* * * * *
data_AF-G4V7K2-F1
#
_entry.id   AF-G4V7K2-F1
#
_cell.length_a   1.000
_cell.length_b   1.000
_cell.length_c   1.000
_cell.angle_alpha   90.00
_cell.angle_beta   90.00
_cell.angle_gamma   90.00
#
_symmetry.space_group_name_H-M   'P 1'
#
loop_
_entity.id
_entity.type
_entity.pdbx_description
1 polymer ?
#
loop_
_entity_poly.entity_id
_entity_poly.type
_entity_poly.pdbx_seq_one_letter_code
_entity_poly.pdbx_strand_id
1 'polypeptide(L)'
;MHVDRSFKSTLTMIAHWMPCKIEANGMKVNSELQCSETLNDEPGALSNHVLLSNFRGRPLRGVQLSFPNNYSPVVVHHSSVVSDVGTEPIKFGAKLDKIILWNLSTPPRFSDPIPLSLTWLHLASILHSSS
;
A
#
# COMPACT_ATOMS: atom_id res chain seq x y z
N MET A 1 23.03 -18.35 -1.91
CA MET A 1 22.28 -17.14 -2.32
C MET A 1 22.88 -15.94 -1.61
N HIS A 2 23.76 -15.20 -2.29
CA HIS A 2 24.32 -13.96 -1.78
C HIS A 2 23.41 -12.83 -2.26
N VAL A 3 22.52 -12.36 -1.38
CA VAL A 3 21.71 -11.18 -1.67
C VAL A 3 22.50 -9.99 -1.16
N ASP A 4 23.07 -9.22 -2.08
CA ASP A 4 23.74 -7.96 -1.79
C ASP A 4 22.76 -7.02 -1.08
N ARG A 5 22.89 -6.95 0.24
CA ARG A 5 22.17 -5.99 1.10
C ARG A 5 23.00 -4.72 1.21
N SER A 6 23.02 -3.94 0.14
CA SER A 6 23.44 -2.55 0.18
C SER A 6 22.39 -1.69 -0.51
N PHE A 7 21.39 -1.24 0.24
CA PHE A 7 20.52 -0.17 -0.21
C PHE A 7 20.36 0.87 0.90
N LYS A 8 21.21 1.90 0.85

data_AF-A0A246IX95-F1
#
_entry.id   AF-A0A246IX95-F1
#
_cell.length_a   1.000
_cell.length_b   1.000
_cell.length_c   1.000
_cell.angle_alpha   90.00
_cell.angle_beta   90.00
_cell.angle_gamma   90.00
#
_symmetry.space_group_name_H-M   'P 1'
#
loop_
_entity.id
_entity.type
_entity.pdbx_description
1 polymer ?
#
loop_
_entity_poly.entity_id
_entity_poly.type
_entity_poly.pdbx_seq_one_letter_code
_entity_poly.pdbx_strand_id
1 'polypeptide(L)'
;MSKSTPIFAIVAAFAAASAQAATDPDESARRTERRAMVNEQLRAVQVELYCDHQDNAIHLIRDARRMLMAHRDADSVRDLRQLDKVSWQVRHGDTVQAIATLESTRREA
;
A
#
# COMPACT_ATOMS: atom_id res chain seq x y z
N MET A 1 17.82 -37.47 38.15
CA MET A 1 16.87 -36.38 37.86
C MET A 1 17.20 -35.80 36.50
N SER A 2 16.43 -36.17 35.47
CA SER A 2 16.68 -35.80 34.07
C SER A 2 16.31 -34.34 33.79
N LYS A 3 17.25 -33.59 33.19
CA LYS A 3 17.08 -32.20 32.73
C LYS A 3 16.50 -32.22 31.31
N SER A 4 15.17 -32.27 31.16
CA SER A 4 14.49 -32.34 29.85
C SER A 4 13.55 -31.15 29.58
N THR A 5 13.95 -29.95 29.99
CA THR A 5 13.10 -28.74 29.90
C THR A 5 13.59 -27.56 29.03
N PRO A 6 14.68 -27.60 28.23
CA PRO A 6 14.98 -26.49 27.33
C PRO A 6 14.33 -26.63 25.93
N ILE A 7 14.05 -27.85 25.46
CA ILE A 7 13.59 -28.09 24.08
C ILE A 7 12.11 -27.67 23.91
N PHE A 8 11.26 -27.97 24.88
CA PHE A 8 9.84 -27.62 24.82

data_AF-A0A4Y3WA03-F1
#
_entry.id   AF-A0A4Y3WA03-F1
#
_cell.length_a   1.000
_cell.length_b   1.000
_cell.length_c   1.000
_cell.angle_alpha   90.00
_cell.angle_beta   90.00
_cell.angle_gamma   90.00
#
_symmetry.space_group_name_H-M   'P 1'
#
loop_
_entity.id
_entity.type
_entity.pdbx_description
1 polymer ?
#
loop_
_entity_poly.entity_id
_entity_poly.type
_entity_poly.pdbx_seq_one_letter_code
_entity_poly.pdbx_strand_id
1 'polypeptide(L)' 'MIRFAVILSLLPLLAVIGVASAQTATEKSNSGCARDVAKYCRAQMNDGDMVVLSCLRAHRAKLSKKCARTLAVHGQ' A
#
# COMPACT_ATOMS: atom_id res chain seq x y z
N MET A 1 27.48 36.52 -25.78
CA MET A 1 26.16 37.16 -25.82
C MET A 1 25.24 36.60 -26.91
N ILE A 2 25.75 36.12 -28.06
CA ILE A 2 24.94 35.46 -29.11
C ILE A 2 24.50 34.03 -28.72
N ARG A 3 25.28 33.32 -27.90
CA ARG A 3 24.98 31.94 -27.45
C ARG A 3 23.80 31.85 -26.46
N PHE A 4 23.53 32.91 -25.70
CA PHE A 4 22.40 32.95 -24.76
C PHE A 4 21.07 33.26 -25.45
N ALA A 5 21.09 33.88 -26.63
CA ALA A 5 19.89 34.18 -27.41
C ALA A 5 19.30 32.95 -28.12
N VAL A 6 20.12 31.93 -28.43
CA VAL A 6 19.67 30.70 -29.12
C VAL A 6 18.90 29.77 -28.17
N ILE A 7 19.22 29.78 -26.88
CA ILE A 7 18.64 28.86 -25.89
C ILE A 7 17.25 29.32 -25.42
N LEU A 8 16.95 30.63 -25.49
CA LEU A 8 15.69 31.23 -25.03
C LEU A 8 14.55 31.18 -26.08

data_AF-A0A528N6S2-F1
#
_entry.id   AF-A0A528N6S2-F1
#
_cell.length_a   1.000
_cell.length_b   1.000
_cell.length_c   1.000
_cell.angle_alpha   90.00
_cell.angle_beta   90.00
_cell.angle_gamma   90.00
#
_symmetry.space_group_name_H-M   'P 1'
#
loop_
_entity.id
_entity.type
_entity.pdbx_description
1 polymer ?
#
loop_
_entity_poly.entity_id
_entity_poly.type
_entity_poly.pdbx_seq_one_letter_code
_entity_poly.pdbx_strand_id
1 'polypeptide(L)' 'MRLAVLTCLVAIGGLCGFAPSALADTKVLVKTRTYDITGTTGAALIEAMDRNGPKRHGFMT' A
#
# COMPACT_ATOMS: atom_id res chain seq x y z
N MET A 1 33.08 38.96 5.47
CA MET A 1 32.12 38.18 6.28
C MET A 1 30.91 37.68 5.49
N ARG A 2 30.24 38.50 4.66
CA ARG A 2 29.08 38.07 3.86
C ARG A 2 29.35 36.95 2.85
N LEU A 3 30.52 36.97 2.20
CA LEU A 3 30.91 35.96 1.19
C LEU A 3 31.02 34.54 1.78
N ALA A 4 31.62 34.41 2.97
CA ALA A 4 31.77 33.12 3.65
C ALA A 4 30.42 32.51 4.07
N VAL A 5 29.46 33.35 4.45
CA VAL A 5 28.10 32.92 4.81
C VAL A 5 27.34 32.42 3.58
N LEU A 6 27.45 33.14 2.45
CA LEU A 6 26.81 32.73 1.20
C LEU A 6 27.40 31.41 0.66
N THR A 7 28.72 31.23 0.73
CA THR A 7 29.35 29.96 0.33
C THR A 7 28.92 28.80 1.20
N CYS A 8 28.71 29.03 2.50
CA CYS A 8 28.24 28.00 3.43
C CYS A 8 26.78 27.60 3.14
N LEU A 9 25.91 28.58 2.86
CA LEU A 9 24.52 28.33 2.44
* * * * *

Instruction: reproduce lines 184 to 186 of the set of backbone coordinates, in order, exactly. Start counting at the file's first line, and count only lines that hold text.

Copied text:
N MET A 1 33.08 38.96 5.47
CA MET A 1 32.12 38.18 6.28
C MET A 1 30.91 37.68 5.49